Reassembly was just as challenging. The pieces are all of varying shapes and sizes. Everything now had to go back in reverse order. I had taken the liberty of arranging all the pieces nicely on my desk in the same order which they were disengaged, so that I would have a easier time assembling. This plus photo documentation, just to play it safe. 

The first three pieces came back together quite nicely and easily. However, I took much longer with the subsequent four. But since every piece had curved edges, this helped since I was trying to form back a sphere which can only take place if the pieces were in their general right orientation. Still I had to refer to my photos for assistance for one or two of the pieces.

One point to note about the Ball; be very carefully while you are handling it. All the pieces have been cut to very exacting tolerances and have sharp corners. One accidental drop would almost certainly twist off or blunt a corner and damage the puzzle for good. Worse still if you dropped the whole ball or it rolled off your table...


The Convolution Ball right with the Pelikan Egg
Difficulty Rating
Difficult overall. Finding that one first piece that moves is the key to "unlocking" the Ball. For those living in high humidity countries, find a way to "dehumidify" the Ball first before playing. Otherwise if the pieces are too tightly pressed together, you may end up not finding the first piece that is intended to move.

Summary
Aside from being a challenging interlocking puzzle, the Convolution Ball, with its multi-coloured exterior, is also really a handsome work of wood art that would stand out well amongst your multitude of similar/same looking burrs. A must-have indeed!

Sunday, 10 November 2013

Framework II

Name
Framework II

Designer
Markus Gotz. For a brief history of how Eric came to produce the Framework II, click here.


Manufacturer
Eric Fuller. Website www.cubicdissection.com. 38 copies were made, each priced at US$69, currently all sold out.

Type & Classification
3D packing puzzle; sequential movement

Dimensions
14.3 cm (Width) x 1.9 cm (Depth) x 16.2 cm (Height)

Materials & Construction
The thing that attracted me to this puzzle was the beauty of the multi-coloured display employing the different exotic woods. It really looks like a work of abstract art on a stand.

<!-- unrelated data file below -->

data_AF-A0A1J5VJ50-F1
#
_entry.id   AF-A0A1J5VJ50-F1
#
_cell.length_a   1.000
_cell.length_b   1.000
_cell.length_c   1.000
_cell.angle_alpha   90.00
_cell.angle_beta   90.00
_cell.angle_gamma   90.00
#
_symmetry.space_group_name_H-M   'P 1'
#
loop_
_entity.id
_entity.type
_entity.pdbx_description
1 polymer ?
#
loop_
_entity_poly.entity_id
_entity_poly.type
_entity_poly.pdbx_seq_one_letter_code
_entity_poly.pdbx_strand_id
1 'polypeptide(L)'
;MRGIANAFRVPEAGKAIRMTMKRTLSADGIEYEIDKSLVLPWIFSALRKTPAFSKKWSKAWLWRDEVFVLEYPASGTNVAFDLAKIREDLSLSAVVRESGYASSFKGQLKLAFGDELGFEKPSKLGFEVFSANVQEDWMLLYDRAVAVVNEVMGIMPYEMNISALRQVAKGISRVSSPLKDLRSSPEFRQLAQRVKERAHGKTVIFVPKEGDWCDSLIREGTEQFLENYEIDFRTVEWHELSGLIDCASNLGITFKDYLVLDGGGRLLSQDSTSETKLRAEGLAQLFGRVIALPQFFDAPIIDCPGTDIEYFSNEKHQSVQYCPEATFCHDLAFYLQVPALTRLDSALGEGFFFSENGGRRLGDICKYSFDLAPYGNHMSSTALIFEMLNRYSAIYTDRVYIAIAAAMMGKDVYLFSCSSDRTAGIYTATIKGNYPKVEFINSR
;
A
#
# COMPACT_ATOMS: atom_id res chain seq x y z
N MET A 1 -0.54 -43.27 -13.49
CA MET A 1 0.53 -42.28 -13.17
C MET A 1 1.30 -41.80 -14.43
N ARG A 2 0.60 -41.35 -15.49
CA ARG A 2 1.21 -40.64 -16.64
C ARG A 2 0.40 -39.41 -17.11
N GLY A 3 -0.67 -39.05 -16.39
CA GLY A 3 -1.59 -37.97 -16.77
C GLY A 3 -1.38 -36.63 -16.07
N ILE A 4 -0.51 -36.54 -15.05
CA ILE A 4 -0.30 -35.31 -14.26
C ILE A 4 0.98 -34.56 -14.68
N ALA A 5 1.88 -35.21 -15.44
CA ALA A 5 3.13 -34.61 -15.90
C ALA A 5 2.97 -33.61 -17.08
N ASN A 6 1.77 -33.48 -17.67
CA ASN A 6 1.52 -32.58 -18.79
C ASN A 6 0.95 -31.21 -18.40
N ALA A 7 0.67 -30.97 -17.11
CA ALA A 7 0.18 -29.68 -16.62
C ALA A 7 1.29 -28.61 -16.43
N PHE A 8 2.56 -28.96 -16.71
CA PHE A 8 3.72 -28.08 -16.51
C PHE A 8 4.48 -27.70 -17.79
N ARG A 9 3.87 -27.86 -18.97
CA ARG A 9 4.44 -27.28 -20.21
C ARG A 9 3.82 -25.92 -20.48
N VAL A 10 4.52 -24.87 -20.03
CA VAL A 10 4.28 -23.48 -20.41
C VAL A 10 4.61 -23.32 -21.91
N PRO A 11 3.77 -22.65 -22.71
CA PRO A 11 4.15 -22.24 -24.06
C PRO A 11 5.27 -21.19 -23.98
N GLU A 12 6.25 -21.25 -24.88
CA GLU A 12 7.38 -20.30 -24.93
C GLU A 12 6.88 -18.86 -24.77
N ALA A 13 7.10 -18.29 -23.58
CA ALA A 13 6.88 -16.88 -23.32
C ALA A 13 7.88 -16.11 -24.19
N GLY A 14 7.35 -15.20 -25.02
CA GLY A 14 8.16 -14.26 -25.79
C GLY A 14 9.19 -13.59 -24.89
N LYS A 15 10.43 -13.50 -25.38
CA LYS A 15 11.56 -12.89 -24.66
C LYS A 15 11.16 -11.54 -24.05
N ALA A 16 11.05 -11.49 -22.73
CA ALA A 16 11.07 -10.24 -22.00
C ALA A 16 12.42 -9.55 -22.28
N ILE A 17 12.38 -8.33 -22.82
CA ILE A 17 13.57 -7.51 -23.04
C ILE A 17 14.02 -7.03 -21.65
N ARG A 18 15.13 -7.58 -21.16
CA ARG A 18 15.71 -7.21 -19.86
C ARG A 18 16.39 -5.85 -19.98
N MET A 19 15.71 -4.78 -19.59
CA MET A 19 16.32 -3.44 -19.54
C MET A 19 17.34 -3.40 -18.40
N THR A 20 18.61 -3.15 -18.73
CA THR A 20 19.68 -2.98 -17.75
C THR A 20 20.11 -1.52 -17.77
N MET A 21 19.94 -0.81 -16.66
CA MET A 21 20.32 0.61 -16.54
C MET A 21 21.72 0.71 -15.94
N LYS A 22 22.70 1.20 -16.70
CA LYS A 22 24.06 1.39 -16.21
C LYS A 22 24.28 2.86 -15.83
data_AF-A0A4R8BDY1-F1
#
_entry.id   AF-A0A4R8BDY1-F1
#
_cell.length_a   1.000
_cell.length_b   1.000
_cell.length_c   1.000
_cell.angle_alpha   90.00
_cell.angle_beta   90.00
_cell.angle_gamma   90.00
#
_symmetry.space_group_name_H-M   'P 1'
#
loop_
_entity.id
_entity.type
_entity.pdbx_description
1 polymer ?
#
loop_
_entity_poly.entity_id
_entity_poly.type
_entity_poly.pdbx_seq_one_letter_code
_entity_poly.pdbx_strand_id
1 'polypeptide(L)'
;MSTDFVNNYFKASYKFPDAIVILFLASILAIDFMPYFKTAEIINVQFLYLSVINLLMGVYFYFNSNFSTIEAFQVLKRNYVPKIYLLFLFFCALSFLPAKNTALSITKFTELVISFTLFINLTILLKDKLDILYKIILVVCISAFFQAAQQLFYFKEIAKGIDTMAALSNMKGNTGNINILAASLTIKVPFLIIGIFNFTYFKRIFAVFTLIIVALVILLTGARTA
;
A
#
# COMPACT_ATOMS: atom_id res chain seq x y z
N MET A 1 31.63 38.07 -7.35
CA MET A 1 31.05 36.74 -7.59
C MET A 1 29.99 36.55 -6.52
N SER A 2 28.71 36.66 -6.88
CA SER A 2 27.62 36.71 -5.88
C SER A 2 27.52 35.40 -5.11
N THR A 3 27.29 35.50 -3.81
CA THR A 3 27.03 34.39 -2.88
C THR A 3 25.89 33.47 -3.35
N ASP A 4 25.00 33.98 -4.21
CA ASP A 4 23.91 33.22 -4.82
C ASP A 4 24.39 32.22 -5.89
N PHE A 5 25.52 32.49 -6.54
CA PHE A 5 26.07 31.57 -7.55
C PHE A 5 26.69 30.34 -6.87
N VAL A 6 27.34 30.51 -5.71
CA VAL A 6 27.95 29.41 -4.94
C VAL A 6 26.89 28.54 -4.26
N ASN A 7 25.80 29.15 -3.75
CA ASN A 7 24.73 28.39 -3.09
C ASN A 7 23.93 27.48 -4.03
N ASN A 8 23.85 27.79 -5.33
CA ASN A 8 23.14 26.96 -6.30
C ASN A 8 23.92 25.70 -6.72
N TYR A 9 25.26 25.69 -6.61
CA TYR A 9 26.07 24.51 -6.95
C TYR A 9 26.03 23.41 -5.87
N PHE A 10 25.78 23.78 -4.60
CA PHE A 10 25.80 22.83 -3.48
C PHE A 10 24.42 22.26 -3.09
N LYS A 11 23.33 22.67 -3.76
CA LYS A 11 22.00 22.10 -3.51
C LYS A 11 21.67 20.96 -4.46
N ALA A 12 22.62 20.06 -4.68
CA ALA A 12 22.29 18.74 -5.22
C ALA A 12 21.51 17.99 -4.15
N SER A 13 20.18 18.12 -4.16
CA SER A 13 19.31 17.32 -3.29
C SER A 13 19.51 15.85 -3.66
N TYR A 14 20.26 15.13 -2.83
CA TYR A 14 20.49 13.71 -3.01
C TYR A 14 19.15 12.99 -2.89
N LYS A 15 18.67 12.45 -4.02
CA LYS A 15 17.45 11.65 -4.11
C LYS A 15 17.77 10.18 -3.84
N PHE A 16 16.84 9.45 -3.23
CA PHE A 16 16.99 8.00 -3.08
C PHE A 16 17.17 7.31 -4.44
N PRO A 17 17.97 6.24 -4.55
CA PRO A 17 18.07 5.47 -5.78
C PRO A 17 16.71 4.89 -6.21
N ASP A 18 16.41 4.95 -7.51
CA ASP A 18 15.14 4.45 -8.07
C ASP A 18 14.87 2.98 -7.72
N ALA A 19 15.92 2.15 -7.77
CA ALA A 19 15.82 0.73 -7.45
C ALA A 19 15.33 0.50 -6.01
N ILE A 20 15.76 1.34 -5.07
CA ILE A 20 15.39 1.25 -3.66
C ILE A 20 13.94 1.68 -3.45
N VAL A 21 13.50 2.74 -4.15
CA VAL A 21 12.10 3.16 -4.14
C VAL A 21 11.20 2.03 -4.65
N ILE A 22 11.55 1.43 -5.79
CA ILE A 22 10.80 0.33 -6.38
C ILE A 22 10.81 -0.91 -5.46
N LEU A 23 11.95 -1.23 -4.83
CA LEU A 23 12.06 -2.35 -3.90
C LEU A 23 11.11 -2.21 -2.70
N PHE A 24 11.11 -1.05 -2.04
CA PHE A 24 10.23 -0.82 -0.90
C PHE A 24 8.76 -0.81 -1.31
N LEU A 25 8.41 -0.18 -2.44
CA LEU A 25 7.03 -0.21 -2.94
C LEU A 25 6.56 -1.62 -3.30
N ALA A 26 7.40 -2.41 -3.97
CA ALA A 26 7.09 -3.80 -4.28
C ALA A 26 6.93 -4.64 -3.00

This Framework II comes in a combination of 11 different hardwoods. The stand is made of either Cherry or Walnut while the individual pieces are constructed from Walnut, Sapele, Yellowheart, Wenge, Maple, Bloodwood, Paduak, Rosewood, Holly and Purpleheart. Construction, fit and finish is excellent and the tolerances between the internal pieces are very precise and tight. Again, like The Decoy I have to rest the puzzle in my camera drybox to reduce the humidity to the level where the pieces are loose enough move. 

Overview
The Framework II came assembled (thank goodness and Eric.) The object is to remove the seven pieces from the frame and re-assemble them back into frame. This is one of the more unusual packing puzzle designs as one will discover from the way the internal pieces fit within the frame. Each of the pieces have "extra" coloured squares and/or rectangles stuck to on both sides. In the assembled state, the extra pieces overlap and "hug" the frame.

The myriad of colours and their diagonal orientation relative to the frame also make the pieces visually confusing. And there is only one solution here.


Removing the pieces was actually not too difficult; after you remove the one "locking" piece that holds the puzzle together, the rest consist of a combination of sliding moves and extracting the pieces from the frame in a particular order.

I am lousy with high-level packing puzzles. So in order to ensure that I would not have too much trouble later on fitting the pieces back, I documented the sequence of moves with photos taken with my cell phone camera. This was to be my safety net in the event I got stuck later on (which I did).

After all the pieces came out, true enough trouble started when I tried to put the pieces back in the same order. While I could get the first two or three pieces in correctly, I got stuck subsequently. As mentioned, the multi-coloured extra squares and rectangles found on the internal pieces are diagonally glued, so this adds tremendously to confuse the orientation of as as well as making it very difficult to remember the shape of the pieces and where they are to go. Pieces would simply not fit or be jammed against each other or the sides of the frame.